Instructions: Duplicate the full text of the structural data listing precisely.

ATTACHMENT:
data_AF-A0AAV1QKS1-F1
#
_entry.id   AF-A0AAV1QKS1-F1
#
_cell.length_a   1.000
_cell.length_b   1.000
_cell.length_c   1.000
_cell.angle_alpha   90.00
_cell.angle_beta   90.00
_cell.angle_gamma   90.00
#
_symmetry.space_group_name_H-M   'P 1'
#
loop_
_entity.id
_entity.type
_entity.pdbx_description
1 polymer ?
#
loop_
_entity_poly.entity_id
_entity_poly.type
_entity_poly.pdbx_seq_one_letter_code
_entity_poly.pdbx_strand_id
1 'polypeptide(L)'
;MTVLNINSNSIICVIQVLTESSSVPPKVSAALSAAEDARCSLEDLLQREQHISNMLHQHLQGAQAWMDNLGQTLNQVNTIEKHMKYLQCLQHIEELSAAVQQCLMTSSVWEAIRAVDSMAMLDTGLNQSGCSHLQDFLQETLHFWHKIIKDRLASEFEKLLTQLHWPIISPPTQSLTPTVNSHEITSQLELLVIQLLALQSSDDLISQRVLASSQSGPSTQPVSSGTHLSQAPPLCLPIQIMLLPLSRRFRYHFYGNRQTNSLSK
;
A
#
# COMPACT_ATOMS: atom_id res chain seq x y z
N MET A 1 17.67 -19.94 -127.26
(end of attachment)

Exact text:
data_AF-A0AAV1QKS1-F1
#
_entry.id   AF-A0AAV1QKS1-F1
#
_cell.length_a   1.000
_cell.length_b   1.000
_cell.length_c   1.000
_cell.angle_alpha   90.00
_cell.angle_beta   90.00
_cell.angle_gamma   90.00
#
_symmetry.space_group_name_H-M   'P 1'
#
loop_
_entity.id
_entity.type
_entity.pdbx_description
1 polymer ?
#
loop_
_entity_poly.entity_id
_entity_poly.type
_entity_poly.pdbx_seq_one_letter_code
_entity_poly.pdbx_strand_id
1 'polypeptide(L)'
;MTVLNINSNSIICVIQVLTESSSVPPKVSAALSAAEDARCSLEDLLQREQHISNMLHQHLQGAQAWMDNLGQTLNQVNTIEKHMKYLQCLQHIEELSAAVQQCLMTSSVWEAIRAVDSMAMLDTGLNQSGCSHLQDFLQETLHFWHKIIKDRLASEFEKLLTQLHWPIISPPTQSLTPTVNSHEITSQLELLVIQLLALQSSDDLISQRVLASSQSGPSTQPVSSGTHLSQAPPLCLPIQIMLLPLSRRFRYHFYGNRQTNSLSK
;
A
#
# COMPACT_ATOMS: atom_id res chain seq x y z
N MET A 1 17.67 -19.94 -127.26